The images in this exhibition expose the history of African Americans in Los Angeles. Often overlooked, dismissed or assumed to be non-existence, racial tensions permeated the City and various communities within its boundaries. Los Angeles offered greater opportunities for Blacks, albeit, along segregated pathways. Many civil rights leaders migrated to the City, establishing homes, businesses and effecting community action to promote Civil Rights and equalize conditions of African Americans. Local men and women played a prominent role in changing the lives of Blacks locally and nationally. In this exhibition we present the conditions of Blacks in L.A, community and national leaders in the City, and the unfamiliar history of Los Angeles that, not only changed the lives of Blacks, but every citizen in the City and across the nation.
Los Angeles African American Civic Leaders - Highlights local leaders who were the first of many to break racial barriers and promote equality changes in the City.
Desegregating Los Angeles - Looks at civil rights and civic leaders who transformed the City and dissolved color lines.
Circumstances of Living in Los Angeles - There were greater opportunities in Los Angeles for Blacks. Men and women employed themselves in various occupations and social clubs that sponsored community events and promoted changes in the lives of City residents.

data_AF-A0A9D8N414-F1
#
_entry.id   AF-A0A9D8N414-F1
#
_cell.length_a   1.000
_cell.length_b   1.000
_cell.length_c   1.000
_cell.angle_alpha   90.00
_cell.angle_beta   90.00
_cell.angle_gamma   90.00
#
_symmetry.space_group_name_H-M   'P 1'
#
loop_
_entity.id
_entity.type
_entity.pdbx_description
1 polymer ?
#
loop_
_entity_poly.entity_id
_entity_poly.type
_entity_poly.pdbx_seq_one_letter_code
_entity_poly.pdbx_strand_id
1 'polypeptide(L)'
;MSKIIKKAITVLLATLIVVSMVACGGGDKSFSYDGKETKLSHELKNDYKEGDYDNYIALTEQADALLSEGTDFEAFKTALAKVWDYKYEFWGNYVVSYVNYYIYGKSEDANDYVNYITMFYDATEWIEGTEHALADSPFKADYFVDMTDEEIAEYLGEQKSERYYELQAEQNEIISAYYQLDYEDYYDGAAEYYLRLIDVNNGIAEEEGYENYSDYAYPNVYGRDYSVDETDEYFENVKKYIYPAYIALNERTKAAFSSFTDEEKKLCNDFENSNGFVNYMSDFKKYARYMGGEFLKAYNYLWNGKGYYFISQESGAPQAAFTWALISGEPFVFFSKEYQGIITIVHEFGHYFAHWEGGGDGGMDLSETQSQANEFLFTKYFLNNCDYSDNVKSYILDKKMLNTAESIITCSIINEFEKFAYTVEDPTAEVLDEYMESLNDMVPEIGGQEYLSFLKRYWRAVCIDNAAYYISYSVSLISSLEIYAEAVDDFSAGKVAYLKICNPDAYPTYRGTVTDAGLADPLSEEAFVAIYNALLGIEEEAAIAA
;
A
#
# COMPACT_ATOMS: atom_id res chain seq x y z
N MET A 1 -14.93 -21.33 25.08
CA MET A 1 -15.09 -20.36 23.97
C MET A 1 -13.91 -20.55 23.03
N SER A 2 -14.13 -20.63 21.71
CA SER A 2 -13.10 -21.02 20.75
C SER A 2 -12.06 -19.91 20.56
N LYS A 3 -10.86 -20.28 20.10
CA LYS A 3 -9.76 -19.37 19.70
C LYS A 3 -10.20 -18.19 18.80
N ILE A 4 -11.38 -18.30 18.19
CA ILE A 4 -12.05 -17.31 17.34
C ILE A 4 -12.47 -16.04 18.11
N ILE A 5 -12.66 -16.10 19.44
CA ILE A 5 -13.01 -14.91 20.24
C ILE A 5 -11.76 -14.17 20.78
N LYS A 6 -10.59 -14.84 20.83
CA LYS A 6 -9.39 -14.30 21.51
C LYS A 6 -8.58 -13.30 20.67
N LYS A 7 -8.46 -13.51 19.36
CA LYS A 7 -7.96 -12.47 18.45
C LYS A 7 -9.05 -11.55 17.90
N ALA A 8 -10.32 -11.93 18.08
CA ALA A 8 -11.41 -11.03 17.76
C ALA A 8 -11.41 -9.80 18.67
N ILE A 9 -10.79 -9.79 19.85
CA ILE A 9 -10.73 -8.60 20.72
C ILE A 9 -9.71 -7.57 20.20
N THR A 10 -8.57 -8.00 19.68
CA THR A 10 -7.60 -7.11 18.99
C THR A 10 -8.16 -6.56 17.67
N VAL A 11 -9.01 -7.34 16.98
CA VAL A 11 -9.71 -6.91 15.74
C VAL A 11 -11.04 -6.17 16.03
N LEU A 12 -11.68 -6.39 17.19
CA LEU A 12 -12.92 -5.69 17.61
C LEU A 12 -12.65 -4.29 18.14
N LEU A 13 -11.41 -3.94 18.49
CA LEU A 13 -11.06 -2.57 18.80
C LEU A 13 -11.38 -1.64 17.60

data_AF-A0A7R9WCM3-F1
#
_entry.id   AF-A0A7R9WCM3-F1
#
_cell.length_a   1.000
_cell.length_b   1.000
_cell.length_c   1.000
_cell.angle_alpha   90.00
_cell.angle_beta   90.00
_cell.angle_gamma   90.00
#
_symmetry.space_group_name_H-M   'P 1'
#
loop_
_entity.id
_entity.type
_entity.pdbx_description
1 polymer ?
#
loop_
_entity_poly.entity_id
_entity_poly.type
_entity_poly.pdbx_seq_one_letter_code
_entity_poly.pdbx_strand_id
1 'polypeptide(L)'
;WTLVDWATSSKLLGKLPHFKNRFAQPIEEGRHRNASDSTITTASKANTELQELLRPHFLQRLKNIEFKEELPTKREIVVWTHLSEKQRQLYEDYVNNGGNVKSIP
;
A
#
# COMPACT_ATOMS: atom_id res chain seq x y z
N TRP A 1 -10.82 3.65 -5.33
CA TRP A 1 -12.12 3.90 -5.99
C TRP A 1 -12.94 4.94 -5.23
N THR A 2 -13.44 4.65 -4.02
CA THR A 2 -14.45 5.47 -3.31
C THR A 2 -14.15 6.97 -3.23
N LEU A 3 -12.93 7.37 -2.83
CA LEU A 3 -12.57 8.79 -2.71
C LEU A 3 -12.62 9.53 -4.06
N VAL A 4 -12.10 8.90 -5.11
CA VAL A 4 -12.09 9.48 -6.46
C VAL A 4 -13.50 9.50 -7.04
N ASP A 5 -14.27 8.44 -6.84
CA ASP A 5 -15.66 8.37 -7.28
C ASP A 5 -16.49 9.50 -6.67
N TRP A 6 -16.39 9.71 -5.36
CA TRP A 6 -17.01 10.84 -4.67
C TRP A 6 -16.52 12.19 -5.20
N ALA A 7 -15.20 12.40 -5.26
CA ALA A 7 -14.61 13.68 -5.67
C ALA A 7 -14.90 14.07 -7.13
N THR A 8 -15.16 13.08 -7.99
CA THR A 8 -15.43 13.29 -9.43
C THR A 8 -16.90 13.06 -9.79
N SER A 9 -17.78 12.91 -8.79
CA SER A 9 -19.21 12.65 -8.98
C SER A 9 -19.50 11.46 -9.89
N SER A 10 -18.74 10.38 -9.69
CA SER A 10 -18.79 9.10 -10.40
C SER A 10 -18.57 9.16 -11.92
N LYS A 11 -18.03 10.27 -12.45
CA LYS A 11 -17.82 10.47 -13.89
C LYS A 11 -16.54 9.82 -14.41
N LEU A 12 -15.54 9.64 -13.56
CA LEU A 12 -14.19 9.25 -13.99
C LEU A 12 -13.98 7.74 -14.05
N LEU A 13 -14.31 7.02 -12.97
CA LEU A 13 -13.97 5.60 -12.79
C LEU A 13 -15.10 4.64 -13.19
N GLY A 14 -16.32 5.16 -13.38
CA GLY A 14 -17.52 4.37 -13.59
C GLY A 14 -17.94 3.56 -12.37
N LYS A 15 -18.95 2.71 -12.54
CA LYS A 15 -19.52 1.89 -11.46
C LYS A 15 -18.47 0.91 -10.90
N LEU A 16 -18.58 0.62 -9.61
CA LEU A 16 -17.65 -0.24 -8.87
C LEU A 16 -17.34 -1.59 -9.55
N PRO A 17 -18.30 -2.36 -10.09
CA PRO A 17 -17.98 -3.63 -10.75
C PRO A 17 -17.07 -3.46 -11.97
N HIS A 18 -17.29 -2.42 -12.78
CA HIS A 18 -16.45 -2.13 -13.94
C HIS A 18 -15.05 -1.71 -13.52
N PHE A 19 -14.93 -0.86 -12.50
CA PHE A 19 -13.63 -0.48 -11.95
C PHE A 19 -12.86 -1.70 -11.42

National Leaders in Los Angeles - The City was a second home to many national civil rights leaders. Civil rights leaders visited the City to promote the Civil Rights Movement, garner support and raise funds for the Movement including the Freedom Rides and legal fees for activists in Birmingham, AL.
A look at Loren Miller, Los Angeles-based civil rights journalist, attorney and Judge. Loren Miller came from a diverse background and dedicated his life to the pursuit of social justice as one of the country's leading civil rights attorneys. Born to a former slave and a white Midwesterner in Nebraska, Miller moved to Los Angeles in 1929 with a law degree. He worked as editor for the California Eagle, the oldest Black newspaper in Los Angeles, which he bought in 1951 from Charlotta Bass. Along with Thurgood Marshall (the first African American justice of the Supreme Court), Miller argued two landmark rulings before the U.S Supreme Court to abolish restrictive racial housing covenants, in Shelley v. Kraemer, and for school integration, in Brown v. Board of Education of Topeka, Kansas. In 1964 he was appointed to the Los Angeles County Municipal Court by governor Pat Brown.
This digital exhibition is drawn from the collections of the Tom & Ethel Bradley Center. The images were taken by photographers Harry Adams and Charles Williams between the 1960s – 1970s in Los Angeles. Visit the Bradley Center website or Online Collections for more information.